Although it isn’t possible to say exactly how the Bandog originated, it is certain that the dogs were bred with a functional purpose – to guard and protect. In fact in the late 1960s a veterinarian by the name of Swinford started a breeding program, even though breeders of Bandogges disagree on the breeds that went into Swinford's original breeding scheme. It is believed to have been 50% American Pit Bull Terrier and 50% molosser.

Description

This is a beautiful dog, noticeable by the essentially white coat and his overall size, standing at 70 to 82cm and weighing between 40 to 54 kg.

The double coat is medium to long, coarse and straight or wavy and and it can be solid white, cream or white with patches of light tan or grey.

The nose is black, the eyes brown, the ears of medium length and floppy and the tail long and plumed.

Temperament:

The Great Pyrenees is an intelligent, strong willed dog with a mind of his own so he will be able to be trained and socialized successfully.

His huge size will require that he be trained because when he is indoors he can knock things over and he must be able to respond to you telling him to lie down.

As a large dog, he isn’t suited for tiny homes, as he requires lots of space even though he doesn’t require a lot of exercise. Not only that, he takes his watchdog duties seriously and he is inclined to bark a lot, and in a small place, you’ll be getting constant complaints from the neighbors.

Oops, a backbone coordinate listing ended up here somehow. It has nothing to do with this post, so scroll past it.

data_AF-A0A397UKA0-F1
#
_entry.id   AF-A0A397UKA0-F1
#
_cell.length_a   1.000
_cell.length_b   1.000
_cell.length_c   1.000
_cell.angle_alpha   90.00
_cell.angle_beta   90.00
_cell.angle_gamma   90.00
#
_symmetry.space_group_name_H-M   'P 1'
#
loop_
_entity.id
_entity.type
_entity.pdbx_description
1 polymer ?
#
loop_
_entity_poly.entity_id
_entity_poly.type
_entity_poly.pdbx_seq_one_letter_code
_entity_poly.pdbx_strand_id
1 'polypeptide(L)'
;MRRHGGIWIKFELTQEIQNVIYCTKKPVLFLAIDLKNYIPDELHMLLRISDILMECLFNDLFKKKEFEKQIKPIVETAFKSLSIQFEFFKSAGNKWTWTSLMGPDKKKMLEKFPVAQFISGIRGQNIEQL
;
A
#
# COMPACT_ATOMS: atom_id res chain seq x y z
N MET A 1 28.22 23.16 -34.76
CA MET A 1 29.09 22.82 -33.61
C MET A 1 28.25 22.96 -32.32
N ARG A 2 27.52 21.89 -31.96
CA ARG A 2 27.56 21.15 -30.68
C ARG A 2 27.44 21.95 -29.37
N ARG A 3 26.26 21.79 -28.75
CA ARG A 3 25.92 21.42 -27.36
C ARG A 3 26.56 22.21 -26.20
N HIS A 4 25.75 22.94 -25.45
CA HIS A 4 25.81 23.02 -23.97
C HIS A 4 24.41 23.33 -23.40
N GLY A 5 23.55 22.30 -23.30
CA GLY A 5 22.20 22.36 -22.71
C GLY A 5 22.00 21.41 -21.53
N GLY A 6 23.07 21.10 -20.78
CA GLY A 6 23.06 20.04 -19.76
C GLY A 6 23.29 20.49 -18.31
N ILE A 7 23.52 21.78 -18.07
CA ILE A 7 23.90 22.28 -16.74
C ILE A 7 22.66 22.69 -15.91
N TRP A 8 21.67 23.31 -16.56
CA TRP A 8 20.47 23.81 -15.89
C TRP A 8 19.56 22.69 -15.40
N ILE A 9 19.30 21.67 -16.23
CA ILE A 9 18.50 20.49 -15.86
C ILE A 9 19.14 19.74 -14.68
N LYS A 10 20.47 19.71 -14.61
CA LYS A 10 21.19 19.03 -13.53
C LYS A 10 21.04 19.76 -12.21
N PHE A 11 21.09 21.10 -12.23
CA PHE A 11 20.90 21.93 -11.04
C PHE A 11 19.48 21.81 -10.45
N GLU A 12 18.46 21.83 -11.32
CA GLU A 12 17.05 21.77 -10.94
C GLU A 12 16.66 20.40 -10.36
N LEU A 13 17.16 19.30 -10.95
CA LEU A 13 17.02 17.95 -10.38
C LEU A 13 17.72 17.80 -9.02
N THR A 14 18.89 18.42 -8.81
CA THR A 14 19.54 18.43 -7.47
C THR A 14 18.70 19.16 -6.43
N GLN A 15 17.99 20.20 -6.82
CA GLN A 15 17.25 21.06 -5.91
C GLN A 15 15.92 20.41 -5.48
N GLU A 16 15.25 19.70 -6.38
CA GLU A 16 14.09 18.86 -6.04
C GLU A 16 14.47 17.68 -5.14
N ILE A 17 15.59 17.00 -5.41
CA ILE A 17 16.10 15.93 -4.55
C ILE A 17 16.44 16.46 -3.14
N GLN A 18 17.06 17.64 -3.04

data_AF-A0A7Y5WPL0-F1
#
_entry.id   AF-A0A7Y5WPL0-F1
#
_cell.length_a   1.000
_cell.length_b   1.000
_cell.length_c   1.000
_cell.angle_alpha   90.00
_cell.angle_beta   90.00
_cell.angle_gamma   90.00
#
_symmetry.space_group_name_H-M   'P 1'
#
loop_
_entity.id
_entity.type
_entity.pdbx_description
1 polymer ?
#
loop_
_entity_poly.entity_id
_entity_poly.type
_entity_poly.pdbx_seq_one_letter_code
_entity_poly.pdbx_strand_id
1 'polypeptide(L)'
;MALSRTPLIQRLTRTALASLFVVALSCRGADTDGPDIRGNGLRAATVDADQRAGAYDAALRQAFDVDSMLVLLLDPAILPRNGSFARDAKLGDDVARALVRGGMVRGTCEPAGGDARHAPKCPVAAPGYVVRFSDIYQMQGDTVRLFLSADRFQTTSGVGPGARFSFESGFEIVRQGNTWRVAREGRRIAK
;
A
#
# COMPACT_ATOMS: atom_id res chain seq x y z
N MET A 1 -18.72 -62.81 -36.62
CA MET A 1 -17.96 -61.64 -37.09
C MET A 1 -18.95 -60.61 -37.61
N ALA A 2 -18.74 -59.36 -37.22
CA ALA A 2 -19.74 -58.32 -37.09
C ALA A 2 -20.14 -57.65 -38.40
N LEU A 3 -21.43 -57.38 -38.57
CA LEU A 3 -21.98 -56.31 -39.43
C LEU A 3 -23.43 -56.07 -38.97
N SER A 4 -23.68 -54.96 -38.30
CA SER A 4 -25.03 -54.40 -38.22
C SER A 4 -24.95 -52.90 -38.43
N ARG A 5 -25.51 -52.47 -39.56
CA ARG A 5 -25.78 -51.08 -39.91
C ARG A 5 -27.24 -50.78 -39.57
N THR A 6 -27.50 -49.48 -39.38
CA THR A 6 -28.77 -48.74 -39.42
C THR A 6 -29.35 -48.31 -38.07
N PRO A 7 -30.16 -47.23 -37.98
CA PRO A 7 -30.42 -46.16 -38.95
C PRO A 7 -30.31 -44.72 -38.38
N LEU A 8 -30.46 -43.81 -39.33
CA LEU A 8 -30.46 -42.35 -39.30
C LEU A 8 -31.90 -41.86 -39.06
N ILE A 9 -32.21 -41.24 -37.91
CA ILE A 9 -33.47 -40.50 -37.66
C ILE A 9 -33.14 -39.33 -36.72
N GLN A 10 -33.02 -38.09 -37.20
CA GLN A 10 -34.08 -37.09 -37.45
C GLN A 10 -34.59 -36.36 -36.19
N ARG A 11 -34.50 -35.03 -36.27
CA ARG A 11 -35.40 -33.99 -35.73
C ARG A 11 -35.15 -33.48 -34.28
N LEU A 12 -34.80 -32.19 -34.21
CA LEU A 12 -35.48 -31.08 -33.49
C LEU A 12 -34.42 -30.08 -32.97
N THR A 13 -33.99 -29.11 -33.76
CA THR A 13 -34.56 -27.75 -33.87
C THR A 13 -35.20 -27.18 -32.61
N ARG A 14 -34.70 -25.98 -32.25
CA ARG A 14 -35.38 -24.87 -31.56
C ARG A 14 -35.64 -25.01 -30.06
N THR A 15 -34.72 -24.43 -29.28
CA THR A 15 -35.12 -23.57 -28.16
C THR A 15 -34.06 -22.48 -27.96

When trained and socialized, your big dog is social, active and loving. He gets on well with children, the elderly and with pets in the home. He isn’t that overly active and will happily make himself at home on your couch and bed.

A Hulk of a Dog

The Bandog is a powerful, stocky, muscular dog with small, upright ears. His tail is long and tapered, but most people prefer to have the tail docked. With his broad skull, wide shoulders and powerful chest, he is also confident and intelligent. He is a rugged dog, heavily boned and muscled, and quite aggressive when provoked. This characteristic comes from the intentional breeding to combine the courage and tenacity of an American Pit Bull Terrier with the size of the Bull Mastiff and its guarding instincts.

A Devoted, Gentle Pet

Even though the breed has a history of competitive fighting, today when he is trained and socialized he can be a devoted, controlled and amicable family pet, even getting on well with children and being social and affectionate with his human family members. They can be aggressive with strangers, more so if provoked or threatened by them.

Bandogges are able to get along with other animals in the home if they are raised with them, but can be aggressive with pets they aren’t familiar with. You won’t find a better guard dog and with his low barking tendencies, he quietly watches, waiting to go for any intruders.